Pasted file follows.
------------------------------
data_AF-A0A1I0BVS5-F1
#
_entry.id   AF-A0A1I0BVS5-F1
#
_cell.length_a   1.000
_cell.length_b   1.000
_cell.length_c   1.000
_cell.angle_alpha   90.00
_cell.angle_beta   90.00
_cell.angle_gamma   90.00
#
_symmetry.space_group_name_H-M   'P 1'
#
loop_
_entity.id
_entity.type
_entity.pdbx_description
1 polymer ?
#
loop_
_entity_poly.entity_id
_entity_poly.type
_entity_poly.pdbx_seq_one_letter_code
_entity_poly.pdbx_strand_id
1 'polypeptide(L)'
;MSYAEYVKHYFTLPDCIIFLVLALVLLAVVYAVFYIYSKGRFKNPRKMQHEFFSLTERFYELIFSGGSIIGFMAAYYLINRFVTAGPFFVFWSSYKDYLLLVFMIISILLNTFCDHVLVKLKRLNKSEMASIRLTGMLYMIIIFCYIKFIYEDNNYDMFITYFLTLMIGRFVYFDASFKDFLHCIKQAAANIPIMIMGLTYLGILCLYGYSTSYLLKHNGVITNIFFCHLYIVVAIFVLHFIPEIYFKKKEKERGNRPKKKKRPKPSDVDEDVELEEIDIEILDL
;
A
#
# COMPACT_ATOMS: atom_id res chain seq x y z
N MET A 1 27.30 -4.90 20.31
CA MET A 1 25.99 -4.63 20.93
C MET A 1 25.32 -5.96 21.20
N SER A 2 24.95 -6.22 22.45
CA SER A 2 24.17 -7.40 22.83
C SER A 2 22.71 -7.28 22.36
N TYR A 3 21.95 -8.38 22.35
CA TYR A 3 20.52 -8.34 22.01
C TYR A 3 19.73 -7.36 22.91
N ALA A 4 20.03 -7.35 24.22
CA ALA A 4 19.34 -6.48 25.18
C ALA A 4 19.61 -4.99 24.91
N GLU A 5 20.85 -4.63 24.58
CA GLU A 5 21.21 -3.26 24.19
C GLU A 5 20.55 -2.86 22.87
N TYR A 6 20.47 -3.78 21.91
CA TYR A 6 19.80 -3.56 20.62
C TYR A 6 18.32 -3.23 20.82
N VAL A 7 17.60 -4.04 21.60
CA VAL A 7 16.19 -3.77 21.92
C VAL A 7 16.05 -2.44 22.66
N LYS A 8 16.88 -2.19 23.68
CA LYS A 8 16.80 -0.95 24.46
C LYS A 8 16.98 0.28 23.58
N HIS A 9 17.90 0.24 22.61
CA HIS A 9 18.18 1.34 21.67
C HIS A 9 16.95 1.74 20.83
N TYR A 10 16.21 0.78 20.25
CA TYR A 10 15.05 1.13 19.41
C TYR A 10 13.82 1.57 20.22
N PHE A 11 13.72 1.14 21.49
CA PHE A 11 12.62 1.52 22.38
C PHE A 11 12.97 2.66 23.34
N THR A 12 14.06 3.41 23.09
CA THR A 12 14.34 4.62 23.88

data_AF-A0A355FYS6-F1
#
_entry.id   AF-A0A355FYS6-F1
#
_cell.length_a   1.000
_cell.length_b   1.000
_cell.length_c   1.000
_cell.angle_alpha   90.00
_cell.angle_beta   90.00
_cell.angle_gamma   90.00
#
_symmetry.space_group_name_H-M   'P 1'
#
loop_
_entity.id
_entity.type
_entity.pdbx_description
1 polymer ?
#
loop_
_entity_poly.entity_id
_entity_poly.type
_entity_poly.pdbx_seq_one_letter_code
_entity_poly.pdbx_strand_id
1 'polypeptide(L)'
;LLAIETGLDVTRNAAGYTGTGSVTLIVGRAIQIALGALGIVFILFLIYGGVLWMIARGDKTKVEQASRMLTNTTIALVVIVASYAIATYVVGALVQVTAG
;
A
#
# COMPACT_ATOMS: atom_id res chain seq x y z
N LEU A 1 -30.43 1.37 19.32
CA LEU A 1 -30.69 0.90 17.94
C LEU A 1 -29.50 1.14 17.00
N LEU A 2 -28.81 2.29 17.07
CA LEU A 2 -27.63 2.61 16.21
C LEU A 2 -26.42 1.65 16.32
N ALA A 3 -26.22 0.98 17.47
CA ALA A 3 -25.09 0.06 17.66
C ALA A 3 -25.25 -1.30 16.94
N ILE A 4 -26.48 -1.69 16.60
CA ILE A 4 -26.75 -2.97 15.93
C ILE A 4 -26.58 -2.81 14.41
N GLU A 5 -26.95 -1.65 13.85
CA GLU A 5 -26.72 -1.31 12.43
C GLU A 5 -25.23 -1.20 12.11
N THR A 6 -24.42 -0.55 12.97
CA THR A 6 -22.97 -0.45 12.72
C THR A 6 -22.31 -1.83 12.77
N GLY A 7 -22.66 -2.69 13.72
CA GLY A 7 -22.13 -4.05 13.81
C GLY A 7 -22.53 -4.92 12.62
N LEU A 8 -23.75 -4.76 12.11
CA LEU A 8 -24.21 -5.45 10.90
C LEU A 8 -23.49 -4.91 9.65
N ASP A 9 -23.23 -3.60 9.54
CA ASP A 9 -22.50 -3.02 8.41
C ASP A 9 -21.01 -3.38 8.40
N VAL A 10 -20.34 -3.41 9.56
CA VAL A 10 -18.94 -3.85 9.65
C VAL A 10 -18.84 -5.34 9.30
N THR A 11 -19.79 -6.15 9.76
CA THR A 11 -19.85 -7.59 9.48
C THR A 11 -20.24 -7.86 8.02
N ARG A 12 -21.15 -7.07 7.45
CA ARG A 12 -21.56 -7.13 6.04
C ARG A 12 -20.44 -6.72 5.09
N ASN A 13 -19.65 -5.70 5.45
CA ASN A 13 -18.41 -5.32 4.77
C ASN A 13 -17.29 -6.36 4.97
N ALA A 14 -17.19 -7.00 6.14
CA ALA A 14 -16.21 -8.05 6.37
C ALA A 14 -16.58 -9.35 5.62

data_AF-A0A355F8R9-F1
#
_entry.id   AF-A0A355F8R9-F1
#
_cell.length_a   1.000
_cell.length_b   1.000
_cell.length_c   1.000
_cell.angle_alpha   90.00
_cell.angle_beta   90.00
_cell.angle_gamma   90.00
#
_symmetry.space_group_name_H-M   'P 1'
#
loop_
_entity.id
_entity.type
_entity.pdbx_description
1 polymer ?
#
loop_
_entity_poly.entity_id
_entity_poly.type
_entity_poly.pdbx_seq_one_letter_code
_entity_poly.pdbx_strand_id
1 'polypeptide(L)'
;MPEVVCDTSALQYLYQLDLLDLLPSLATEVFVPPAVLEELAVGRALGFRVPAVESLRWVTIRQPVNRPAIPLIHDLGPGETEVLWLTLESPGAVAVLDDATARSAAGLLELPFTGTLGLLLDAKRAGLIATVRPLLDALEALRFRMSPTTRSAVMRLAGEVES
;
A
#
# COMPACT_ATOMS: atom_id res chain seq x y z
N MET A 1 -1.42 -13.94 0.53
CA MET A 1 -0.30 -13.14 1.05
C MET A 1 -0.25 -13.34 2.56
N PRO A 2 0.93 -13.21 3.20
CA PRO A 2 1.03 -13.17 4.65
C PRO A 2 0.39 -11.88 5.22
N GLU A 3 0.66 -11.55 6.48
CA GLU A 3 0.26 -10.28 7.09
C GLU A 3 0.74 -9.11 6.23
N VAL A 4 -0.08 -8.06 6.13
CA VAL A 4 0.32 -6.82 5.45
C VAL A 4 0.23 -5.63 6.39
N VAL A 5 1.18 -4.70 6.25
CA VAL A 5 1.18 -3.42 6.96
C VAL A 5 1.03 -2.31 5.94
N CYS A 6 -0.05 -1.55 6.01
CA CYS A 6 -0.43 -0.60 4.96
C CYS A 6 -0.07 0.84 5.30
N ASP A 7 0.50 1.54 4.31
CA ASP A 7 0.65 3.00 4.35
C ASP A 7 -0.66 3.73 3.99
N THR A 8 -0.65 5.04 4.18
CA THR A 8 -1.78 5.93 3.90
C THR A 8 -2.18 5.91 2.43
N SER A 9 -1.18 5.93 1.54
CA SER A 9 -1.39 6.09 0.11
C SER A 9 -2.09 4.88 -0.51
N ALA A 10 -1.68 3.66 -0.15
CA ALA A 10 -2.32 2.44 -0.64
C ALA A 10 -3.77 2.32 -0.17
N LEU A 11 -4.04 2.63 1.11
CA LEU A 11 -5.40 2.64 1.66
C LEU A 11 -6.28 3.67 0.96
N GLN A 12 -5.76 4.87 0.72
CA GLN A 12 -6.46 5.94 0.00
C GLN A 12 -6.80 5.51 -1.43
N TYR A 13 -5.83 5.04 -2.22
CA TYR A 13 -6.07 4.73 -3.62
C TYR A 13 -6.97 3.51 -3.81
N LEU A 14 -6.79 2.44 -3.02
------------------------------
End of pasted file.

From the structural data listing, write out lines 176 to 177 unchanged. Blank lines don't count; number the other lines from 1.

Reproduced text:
C GLU A 3 0.74 -9.11 6.23
N VAL A 4 -0.08 -8.06 6.13